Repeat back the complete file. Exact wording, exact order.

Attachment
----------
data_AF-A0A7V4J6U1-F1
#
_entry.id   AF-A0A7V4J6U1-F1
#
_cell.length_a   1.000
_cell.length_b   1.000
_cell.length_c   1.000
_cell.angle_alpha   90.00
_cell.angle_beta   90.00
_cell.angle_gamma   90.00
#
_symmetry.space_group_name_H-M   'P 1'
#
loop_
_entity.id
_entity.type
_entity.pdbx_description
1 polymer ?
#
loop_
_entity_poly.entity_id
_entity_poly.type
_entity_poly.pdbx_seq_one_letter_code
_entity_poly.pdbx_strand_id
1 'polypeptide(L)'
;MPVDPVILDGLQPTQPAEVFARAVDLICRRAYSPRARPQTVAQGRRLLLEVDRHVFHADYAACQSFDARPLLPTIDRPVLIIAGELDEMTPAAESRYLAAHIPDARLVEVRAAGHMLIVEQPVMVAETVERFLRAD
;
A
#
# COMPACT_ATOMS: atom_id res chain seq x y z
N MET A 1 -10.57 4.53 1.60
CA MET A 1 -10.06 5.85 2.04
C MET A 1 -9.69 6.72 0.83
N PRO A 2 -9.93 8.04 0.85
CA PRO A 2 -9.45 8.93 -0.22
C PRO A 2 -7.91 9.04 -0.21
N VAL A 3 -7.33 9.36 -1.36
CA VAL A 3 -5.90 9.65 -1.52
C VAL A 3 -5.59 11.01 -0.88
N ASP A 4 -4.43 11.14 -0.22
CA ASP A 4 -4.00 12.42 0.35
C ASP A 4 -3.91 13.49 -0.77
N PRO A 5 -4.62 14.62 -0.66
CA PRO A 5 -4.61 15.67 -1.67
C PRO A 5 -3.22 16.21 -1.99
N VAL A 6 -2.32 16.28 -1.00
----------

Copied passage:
data_AF-A0A7V4J6U1-F1
#
_entry.id   AF-A0A7V4J6U1-F1
#
_cell.length_a   1.000
_cell.length_b   1.000
_cell.length_c   1.000
_cell.angle_alpha   90.00
_cell.angle_beta   90.00
_cell.angle_gamma   90.00
#
_symmetry.space_group_name_H-M   'P 1'
#
loop_
_entity.id
_entity.type
_entity.pdbx_description
1 polymer ?
#
loop_
_entity_poly.entity_id
_entity_poly.type
_entity_poly.pdbx_seq_one_letter_code
_entity_poly.pdbx_strand_id
1 'polypeptide(L)'
;MPVDPVILDGLQPTQPAEVFARAVDLICRRAYSPRARPQTVAQGRRLLLEVDRHVFHADYAACQSFDARPLLPTIDRPVLIIAGELDEMTPAAESRYLAAHIPDARLVEVRAAGHMLIVEQPVMVAETVERFLRAD
;
A
#
# COMPACT_ATOMS: atom_id res chain seq x y z
N MET A 1 -10.57 4.53 1.60
CA MET A 1 -10.06 5.85 2.04
C MET A 1 -9.69 6.72 0.83
N PRO A 2 -9.93 8.04 0.85
CA PRO A 2 -9.45 8.93 -0.22
C PRO A 2 -7.91 9.04 -0.21
N VAL A 3 -7.33 9.36 -1.36
CA VAL A 3 -5.90 9.65 -1.52
C VAL A 3 -5.59 11.01 -0.88
N ASP A 4 -4.43 11.14 -0.22
CA ASP A 4 -4.00 12.42 0.35
C ASP A 4 -3.91 13.49 -0.77
N PRO A 5 -4.62 14.62 -0.66
CA PRO A 5 -4.61 15.67 -1.67
C PRO A 5 -3.22 16.21 -1.99
N VAL A 6 -2.32 16.28 -1.00